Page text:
But for the sake of some little mouthful of flesh, we deprive a soul of the sun, and light, and of that proportion of life and time they had been born into the world to enjoy. ~ 1st-century Greek historian Plutarch
People are much bigger meat eaters than the apes they descended from. The modern age has brought industrial production techniques to satisfying the human hunger for animal flesh.
Worldwide, over 70 billion farm animals are reared for food every year. This tally continues to grow.
1/3rd of the world’s arable land is dedicated to feeding livestock. Livestock take up 26% of Earth’s ice-free surface.
In 1950, each American consumed, on average, 9.5 kilos of chicken in 1950. 616,000 chickens were eaten. In 2000, Americans ate 8 billion chickens: 34.9 kilos per person – 3.6 times more chicken per person than in 1950.
Dogs, cats, and other pets eat ~30% of meat consumed in the US.
The world’s increasing appetite for animal food products of all kinds – pork, dairy, beef, poultry, and eggs – is placing unsustainable pressures on the planet’s ecosystems. ~ American environmental scientist Daniel Imhoff
Livestock in the US generate 3 times more raw waste than the human population. Runoff from factory farms pollutes the water supply more than all other industrial sources combined (fossil fuel extraction aside).
Producing poultry, pork, eggs, and dairy are 2–6 times less efficient, per consumed calorie, than growing potatoes or grains. But these are minor league compared to red meat.
Putting steak on the table is environmentally extravagant. It takes 16 pounds of grain to produce 1 pound of beef.
In the current US regime, producing beef uses 28 times more land, 11 times more water, and 6 times the fertilizer of other livestock. 58% of American dietary meat is red meat.
Cattle ranching also generates 5 times more greenhouse gas emissions, as cow flatuses are methane laden. All told, livestock produce ~35% of the world’s methane emissions. Huge cesspools of animal feces and urine also emit copious volumes of ammonia and hydrogen sulfide.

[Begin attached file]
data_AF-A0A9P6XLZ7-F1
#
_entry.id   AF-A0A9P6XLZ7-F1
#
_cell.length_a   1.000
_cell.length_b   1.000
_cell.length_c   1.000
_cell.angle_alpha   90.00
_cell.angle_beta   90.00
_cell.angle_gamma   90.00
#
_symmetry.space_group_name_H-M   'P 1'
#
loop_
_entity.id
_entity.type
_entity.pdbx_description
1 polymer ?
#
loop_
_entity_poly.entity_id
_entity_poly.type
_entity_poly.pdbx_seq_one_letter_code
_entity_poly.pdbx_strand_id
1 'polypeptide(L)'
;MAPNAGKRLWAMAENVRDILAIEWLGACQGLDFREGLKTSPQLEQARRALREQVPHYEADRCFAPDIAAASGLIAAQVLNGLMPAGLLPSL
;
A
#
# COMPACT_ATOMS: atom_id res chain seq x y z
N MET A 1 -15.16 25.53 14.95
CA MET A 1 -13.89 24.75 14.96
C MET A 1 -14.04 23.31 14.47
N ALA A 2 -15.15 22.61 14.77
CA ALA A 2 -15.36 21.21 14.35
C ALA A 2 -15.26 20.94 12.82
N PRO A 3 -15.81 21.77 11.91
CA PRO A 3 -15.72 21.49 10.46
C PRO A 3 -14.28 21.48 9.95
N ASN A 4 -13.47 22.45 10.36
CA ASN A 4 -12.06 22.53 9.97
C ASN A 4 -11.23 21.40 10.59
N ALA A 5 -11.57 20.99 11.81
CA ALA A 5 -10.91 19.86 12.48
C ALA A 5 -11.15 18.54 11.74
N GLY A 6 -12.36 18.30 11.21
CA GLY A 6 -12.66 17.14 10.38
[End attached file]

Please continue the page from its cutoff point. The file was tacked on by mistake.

The egregious environmental impact of raising beef cattle versus poultry and swine obscures other ills, notably the treatment of the animals bound for consumption. Animal welfare is incidental to meat-growing operations, which aim solely at profit.
In most factory farms, animals subsist in filthy, cramped and often windowless environments, commonly confined in cages and steel-bar crates. They get no exercise, and do not have fresh air to breathe, owing to their packed and putrid living conditions. Many farms liberally spray pesticides to prevent sickness.
Livestock abuse has a long history. In 16th-century England, pigs were sometimes kept in conditions so cramped that they could not turn around. Robert Southwell, a large English landowner, marveled at a “new invention of an ox-house, where the cattle are to eat and drink in the same crib and not stir until they be fitted for the slaughter.”
For centuries, poultry and game were keep in the dark, with their feet nailed to the floor or cut off, as it was thought this made their meat more tender. In France to this day, geese are force-fed to produce foie gras.
The principle of confinement in so-called animal science is derived from the industrial version of efficiency. The designers of animal factories appear to have had in mind the example of concentration camps or prisons, the aim of which is to house and feed the greatest numbers in the smallest space at the least expense of money, labor, and attention. ~ Wendell Berry
All this cruelty is generously subsidized. European governments pay livestock owners more to keep their cows per day than what half of the world’s population lives on.
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Livestock are given growth hormones to maximize size and turnover, and copious antibiotics to ward off the epidemics which would arise otherwise rage from such squeezed squalor. In some countries, 80% of antibiotic use is on farm animals, not people. In all countries with industrialized agriculture, even those where growth hormones are banned, more antibiotics on are used on livestock than by people. Animals treated with antibiotics develop bacteria resistant to the drugs, and pass these microbes directly to humans, through food and contact with farm workers.
The volume of antibiotics used in animals is continuing to increase worldwide, driven by a growing demand for foods of animal origin, often produced through intensive animal husbandry. ~ Japanese physician Kazuaki Miyagishima in 2017
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Eating meat is itself unhealthy, and especially so in light of livestock being dosed with antibiotics and growth hormones. On top of that, contamination at meat processing plants is long-standing and ongoing. A 2018 study found that 60% of British meat factories had poor hygienic practices.